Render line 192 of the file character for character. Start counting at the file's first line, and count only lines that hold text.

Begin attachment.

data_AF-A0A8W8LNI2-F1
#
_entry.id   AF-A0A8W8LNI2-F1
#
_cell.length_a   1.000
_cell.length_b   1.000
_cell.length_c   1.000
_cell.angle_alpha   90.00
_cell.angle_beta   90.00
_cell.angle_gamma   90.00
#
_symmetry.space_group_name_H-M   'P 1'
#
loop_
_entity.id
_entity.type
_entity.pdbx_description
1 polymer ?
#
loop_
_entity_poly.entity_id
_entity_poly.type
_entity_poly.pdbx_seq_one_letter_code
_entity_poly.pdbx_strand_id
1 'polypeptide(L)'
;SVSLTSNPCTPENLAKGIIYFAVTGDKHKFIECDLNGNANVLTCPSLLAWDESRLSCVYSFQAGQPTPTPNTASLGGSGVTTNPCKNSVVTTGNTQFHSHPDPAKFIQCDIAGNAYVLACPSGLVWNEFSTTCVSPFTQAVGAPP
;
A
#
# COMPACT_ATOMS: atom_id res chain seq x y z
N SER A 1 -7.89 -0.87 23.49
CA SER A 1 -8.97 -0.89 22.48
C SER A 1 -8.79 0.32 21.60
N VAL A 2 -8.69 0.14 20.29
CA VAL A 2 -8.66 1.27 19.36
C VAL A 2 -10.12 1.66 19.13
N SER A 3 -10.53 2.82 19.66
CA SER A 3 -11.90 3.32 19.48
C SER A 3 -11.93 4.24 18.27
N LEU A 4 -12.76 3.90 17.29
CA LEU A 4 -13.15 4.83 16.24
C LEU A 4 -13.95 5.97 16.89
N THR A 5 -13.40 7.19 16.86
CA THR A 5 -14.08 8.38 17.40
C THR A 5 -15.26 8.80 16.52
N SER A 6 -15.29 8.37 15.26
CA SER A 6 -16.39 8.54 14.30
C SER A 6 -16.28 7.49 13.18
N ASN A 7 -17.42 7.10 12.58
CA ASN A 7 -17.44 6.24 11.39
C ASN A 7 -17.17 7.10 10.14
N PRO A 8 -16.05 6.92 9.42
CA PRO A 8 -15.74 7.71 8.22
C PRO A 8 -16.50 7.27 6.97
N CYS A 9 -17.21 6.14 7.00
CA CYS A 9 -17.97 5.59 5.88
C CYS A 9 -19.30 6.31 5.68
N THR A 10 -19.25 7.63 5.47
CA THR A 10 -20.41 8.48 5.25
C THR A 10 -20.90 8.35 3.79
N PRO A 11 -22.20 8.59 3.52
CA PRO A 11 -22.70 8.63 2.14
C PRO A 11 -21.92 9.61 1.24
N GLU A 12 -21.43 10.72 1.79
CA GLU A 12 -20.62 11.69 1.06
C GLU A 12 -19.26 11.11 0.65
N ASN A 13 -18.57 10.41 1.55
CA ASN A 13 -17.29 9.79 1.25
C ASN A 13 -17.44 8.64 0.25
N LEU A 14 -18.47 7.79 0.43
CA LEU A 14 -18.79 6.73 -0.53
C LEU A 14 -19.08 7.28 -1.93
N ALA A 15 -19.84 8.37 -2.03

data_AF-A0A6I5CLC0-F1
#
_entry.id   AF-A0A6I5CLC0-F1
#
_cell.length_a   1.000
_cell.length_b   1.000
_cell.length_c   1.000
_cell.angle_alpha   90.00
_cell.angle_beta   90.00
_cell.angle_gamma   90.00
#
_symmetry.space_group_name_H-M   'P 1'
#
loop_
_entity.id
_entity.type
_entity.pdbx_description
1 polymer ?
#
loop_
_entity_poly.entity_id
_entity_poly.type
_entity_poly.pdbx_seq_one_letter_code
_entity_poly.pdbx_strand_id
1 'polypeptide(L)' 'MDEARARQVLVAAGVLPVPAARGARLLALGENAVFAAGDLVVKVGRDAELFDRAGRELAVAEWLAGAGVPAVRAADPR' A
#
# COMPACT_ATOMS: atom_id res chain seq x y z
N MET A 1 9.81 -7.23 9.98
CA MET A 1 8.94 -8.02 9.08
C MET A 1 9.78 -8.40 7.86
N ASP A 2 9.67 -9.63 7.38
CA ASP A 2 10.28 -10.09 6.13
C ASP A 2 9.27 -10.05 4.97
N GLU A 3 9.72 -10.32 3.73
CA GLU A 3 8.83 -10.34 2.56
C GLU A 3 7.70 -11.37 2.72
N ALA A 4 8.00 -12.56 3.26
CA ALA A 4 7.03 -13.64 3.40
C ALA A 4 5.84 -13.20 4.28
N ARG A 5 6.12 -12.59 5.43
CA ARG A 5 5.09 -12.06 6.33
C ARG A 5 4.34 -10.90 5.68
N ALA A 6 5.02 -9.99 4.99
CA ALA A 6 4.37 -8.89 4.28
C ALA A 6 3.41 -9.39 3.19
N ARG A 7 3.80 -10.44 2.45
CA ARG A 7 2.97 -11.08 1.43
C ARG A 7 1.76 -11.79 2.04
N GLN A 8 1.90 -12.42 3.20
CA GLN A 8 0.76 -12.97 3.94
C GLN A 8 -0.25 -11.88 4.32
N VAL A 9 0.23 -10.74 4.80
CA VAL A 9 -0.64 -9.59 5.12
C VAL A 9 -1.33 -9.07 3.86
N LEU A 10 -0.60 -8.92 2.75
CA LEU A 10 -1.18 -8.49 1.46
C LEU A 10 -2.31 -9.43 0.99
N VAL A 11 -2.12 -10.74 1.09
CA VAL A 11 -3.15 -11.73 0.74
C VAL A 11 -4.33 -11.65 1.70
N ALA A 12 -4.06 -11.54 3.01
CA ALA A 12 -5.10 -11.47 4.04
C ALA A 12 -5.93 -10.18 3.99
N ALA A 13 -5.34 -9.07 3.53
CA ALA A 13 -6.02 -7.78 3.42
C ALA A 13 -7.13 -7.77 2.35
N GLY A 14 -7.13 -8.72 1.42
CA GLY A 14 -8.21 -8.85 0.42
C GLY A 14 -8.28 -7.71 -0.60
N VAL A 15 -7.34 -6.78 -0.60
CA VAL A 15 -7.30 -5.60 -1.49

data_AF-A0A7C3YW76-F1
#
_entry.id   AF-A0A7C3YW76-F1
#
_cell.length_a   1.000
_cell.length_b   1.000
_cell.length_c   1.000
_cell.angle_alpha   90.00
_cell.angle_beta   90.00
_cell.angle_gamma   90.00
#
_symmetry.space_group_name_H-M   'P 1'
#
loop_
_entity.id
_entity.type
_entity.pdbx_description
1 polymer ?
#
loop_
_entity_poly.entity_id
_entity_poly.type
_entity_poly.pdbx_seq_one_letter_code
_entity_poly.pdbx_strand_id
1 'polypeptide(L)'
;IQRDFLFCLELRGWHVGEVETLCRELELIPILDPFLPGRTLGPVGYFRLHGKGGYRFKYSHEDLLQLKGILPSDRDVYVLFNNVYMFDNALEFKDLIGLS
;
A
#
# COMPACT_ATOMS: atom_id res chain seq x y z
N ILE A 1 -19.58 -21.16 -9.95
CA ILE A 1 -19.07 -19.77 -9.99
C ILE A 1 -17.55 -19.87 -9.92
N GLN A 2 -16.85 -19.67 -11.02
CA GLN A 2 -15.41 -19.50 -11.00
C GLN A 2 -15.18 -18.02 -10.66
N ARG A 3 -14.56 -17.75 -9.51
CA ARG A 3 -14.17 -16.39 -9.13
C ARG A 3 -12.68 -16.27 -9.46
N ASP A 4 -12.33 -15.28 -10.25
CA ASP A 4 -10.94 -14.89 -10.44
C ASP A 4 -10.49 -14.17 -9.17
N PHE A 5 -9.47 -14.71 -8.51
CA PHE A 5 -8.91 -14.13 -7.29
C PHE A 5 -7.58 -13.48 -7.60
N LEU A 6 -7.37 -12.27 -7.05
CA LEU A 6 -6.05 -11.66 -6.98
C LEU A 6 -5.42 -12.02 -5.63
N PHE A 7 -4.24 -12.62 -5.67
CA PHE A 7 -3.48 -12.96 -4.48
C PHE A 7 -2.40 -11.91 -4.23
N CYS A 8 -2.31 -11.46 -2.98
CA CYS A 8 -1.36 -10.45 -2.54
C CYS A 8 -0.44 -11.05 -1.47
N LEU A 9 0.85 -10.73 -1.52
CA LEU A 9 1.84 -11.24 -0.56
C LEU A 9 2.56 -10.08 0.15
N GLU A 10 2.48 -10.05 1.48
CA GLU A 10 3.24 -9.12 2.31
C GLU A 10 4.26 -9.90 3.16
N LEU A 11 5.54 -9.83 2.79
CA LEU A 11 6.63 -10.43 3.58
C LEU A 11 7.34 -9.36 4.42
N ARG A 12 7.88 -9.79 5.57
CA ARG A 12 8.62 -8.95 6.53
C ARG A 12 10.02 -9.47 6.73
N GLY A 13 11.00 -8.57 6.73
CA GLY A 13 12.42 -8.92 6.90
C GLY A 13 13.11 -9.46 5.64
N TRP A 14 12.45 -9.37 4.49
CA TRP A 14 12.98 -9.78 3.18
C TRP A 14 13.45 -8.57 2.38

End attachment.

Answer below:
C LEU A 6 -5.42 -12.02 -5.63